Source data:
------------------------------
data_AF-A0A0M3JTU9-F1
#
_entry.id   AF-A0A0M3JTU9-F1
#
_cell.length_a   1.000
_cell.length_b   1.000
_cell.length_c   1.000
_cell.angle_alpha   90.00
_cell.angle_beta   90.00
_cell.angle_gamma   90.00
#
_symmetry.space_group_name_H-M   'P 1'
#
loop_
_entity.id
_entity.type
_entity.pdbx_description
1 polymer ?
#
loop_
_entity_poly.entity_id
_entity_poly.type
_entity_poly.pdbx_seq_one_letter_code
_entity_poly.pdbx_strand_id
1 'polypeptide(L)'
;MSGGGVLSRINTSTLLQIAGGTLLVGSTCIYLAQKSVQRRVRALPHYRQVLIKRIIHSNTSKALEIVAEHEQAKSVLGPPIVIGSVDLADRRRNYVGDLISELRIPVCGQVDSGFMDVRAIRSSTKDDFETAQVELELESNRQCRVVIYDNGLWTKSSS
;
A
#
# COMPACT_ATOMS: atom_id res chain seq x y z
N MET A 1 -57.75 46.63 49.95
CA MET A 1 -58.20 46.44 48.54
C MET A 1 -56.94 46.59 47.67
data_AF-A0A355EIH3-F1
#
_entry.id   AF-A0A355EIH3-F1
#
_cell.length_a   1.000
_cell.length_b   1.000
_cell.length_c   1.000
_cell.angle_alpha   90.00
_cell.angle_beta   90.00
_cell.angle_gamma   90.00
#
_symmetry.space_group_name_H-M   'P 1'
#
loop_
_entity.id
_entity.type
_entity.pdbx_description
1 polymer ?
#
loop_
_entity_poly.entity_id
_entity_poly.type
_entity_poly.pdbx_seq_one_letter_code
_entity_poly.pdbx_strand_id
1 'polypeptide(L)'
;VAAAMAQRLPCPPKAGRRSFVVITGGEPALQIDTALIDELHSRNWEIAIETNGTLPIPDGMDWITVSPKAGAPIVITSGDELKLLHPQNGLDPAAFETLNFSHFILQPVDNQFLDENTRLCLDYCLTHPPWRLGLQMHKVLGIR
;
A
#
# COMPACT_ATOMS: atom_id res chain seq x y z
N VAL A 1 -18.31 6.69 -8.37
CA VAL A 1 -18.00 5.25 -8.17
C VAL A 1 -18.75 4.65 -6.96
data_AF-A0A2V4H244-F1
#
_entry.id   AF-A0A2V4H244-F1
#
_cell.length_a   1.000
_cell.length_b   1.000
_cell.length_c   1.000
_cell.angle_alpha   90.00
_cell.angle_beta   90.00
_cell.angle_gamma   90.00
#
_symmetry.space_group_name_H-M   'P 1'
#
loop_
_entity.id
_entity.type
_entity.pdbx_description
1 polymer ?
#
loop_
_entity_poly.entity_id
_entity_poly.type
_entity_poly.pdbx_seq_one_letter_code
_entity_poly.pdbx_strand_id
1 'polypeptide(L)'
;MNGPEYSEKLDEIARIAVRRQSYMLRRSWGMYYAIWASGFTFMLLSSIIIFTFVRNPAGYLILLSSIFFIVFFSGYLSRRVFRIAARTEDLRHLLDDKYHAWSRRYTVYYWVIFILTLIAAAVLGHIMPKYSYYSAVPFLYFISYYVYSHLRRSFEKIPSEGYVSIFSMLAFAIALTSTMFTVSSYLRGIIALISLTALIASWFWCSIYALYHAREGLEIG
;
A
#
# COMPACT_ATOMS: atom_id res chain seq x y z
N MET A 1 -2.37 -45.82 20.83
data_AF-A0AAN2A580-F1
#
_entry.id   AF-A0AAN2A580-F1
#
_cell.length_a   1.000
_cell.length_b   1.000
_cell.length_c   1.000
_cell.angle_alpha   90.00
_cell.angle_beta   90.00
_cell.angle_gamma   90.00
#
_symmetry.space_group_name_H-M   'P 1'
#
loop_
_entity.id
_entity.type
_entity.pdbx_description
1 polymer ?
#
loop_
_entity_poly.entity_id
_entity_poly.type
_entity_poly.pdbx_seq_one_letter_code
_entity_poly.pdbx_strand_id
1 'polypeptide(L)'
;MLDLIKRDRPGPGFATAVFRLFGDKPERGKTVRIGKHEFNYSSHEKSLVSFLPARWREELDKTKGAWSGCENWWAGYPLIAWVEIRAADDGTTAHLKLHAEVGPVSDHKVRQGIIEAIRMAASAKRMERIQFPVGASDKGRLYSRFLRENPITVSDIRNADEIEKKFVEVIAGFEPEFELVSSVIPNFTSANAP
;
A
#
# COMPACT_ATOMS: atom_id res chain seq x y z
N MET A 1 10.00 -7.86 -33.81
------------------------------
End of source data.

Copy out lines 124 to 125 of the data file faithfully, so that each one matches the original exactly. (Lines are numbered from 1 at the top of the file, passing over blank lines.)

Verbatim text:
;
A